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Seeing One's Own Painful Hand Positioned in the Contralateral Space Reduces Subjective Reports of Pain and Modulates Laser Evoked Potentials

  • Elia Valentini
    Correspondence
    Address reprint requests to Elia Valentini, PhD, Department of Psychology, Sapienza University of Rome, via dei Marsi 78, 00195 Roma, Italy.
    Affiliations
    Psychology Department, Sapienza University of Rome, Rome, Italy

    Santa Lucia Foundation, Scientific Institute for Research, Hospitalization and Health Care, Rome, Italy
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  • Katharina Koch
    Affiliations
    Psychology Department, Sapienza University of Rome, Rome, Italy

    Santa Lucia Foundation, Scientific Institute for Research, Hospitalization and Health Care, Rome, Italy
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  • Salvatore Maria Aglioti
    Affiliations
    Psychology Department, Sapienza University of Rome, Rome, Italy

    Santa Lucia Foundation, Scientific Institute for Research, Hospitalization and Health Care, Rome, Italy
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Published:February 24, 2015DOI:https://doi.org/10.1016/j.jpain.2015.02.003

      Highlights

      • We collected ratings of pain and laser evoked potentials (LEPs) to investigate the interaction between visual analgesia and crossed-arms analgesia.
      • We found that vision of the affected body part in the crossed-arms position was associated with a significant reduction of pain reports.
      • However, we also found no analgesic effect of viewing the hand in an uncrossed position or of crossing the arms alone.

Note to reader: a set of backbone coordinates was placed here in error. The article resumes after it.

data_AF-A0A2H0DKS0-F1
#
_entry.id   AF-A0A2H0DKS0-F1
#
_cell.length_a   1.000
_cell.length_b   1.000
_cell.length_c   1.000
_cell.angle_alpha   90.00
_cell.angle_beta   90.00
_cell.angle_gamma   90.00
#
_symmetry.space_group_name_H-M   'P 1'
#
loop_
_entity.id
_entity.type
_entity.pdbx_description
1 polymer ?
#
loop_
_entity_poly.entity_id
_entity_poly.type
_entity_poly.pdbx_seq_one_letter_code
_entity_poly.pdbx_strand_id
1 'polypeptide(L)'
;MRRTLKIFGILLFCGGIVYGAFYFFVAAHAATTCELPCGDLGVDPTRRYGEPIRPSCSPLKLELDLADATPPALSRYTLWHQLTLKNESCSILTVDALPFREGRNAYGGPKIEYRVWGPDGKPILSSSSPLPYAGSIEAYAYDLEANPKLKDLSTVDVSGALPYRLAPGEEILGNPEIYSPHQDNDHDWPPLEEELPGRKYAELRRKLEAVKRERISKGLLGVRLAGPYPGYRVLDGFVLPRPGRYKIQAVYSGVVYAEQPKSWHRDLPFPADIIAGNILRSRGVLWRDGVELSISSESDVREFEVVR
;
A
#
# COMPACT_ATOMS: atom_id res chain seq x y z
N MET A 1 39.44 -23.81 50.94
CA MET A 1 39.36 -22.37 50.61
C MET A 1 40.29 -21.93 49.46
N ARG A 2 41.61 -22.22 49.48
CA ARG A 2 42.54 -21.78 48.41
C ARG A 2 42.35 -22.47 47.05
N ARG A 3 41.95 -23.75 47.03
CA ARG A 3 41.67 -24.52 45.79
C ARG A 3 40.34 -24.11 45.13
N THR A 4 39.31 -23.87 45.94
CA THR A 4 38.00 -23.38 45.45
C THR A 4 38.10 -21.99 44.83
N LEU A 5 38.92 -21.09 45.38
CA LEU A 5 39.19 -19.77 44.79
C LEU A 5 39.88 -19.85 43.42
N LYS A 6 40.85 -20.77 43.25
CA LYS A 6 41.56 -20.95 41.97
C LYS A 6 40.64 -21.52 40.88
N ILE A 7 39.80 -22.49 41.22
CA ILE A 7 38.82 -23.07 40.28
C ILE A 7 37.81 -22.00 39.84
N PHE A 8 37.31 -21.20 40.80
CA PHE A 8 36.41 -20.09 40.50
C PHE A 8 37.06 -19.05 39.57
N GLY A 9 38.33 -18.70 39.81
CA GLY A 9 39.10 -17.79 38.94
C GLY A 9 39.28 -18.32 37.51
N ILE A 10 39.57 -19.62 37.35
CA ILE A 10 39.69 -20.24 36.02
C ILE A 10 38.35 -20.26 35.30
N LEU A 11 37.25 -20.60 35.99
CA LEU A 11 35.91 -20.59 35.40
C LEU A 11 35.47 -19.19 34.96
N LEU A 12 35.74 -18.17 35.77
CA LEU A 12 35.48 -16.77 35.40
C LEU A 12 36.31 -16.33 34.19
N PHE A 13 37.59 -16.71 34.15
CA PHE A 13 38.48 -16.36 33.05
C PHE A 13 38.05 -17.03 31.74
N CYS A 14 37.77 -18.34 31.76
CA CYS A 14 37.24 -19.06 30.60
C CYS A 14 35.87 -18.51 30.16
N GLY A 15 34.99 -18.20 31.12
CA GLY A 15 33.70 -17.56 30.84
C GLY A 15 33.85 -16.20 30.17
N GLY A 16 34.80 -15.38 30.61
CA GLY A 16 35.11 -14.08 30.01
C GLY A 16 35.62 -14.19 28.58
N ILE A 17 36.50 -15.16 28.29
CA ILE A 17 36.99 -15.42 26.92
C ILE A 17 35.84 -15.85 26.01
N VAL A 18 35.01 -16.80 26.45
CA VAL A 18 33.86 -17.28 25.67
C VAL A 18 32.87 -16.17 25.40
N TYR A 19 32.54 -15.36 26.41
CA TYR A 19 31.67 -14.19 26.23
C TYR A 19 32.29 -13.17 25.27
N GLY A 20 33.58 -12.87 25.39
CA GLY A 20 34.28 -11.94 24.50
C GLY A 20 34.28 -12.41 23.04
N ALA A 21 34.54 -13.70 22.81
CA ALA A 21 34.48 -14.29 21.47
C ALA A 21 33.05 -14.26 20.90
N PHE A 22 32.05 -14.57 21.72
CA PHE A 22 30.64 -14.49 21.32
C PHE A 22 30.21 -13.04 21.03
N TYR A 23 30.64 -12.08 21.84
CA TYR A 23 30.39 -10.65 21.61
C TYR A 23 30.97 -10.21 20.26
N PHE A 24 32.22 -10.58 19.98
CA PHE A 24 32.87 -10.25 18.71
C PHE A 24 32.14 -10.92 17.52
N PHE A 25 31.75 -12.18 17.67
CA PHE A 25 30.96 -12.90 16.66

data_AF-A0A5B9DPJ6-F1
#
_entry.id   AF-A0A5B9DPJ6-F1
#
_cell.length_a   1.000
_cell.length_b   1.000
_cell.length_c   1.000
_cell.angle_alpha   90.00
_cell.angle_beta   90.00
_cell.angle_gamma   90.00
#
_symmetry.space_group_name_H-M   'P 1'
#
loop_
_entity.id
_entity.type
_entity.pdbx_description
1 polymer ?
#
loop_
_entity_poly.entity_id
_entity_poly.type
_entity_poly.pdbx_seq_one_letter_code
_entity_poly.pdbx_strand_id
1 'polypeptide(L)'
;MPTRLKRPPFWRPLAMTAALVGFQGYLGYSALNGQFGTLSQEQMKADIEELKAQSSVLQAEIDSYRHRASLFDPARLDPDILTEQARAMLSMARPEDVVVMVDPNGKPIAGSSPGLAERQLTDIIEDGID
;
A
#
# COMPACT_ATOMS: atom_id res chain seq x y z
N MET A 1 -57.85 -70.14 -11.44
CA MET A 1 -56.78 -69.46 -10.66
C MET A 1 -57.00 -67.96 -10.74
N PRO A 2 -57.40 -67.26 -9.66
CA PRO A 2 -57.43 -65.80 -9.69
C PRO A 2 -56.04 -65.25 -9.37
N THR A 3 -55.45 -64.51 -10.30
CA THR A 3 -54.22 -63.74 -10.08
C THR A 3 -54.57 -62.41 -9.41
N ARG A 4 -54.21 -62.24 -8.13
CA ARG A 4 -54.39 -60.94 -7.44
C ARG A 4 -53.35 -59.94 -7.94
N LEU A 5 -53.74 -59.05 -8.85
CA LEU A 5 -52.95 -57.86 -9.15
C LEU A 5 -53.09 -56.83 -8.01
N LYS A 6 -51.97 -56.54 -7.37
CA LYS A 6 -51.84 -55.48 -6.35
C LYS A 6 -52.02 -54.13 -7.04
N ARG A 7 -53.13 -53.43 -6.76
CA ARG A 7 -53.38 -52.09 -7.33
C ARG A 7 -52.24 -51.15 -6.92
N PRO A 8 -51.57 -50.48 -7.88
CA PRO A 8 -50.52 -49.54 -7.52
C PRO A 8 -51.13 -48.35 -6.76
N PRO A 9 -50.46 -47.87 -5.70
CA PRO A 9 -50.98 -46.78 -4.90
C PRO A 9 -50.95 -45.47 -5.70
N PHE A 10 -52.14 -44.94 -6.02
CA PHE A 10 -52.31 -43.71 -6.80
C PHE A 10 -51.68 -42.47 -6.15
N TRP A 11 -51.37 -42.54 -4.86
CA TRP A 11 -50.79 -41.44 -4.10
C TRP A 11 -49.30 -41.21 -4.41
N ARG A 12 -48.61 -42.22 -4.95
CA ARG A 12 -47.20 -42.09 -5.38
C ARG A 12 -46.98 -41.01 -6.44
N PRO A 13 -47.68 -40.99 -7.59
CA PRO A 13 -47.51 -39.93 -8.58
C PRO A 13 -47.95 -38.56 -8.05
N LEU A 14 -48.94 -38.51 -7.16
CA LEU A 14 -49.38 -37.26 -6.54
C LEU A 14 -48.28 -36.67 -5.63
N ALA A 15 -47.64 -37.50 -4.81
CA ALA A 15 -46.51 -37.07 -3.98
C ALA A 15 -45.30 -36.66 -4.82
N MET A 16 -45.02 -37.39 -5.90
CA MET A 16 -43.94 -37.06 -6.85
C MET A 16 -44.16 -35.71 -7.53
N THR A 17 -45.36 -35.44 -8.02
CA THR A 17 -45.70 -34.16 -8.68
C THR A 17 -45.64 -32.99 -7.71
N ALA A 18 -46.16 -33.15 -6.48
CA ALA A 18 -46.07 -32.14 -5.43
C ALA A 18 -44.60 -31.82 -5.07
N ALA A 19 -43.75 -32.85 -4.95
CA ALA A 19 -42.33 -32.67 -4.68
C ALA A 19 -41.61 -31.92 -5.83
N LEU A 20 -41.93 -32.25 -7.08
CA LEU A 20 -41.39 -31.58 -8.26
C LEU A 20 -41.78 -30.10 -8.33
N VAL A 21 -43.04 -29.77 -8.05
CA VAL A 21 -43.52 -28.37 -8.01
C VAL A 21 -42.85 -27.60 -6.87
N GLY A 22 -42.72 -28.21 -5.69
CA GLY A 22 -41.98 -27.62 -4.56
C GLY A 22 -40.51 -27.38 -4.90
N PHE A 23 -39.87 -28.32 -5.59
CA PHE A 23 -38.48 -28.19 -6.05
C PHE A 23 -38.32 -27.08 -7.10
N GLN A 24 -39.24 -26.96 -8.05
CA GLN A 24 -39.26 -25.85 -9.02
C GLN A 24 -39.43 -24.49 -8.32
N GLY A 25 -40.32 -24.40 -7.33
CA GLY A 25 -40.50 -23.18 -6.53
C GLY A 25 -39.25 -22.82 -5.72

• The effect of vision of the hand was indexed by an increase of late vertex LEP P2 amplitude.

      Abstract

      Studies report that viewing the body or keeping one's arms crossed while receiving painful stimuli may have an analgesic effect. Interestingly, changes in ratings of pain are accompanied by a reduction of brain metabolism or of laser evoked potentials amplitude. What remains unknown is the link between visual analgesia and crossed-arms related analgesia. Here, we investigated pain perception and laser evoked potentials in 3 visual contexts while participants kept their arms in a crossed or uncrossed position during vision of 1) one's own hand, 2) a neutral object in the same spatial location, and 3) a fixation cross placed in front of the participant. We found that having vision of the affected body part in the crossed-arms position was associated with a significant reduction in pain reports. However, no analgesic effect of having vision of the hand in an uncrossed position or of crossing the arms alone was found. The increase of the late vertex laser evoked potential P2 amplitude indexed a general effect of vision of the hand. Our results hint at a complex interaction between cross-modal input and body representation in different spatial frames of reference and at the same time question the effect of visual analgesia and crossed-arms analgesia alone.

      Perspective

      We found that nociceptive stimuli delivered to the hand in a crossed-arms position evoke less pain than in a canonical anatomic position. Yet we report no significant analgesic effect of vision or crossing the arms on their own. These findings foster the integration of visuospatial and proprioceptive information in rehabilitation protocols.

      Key words

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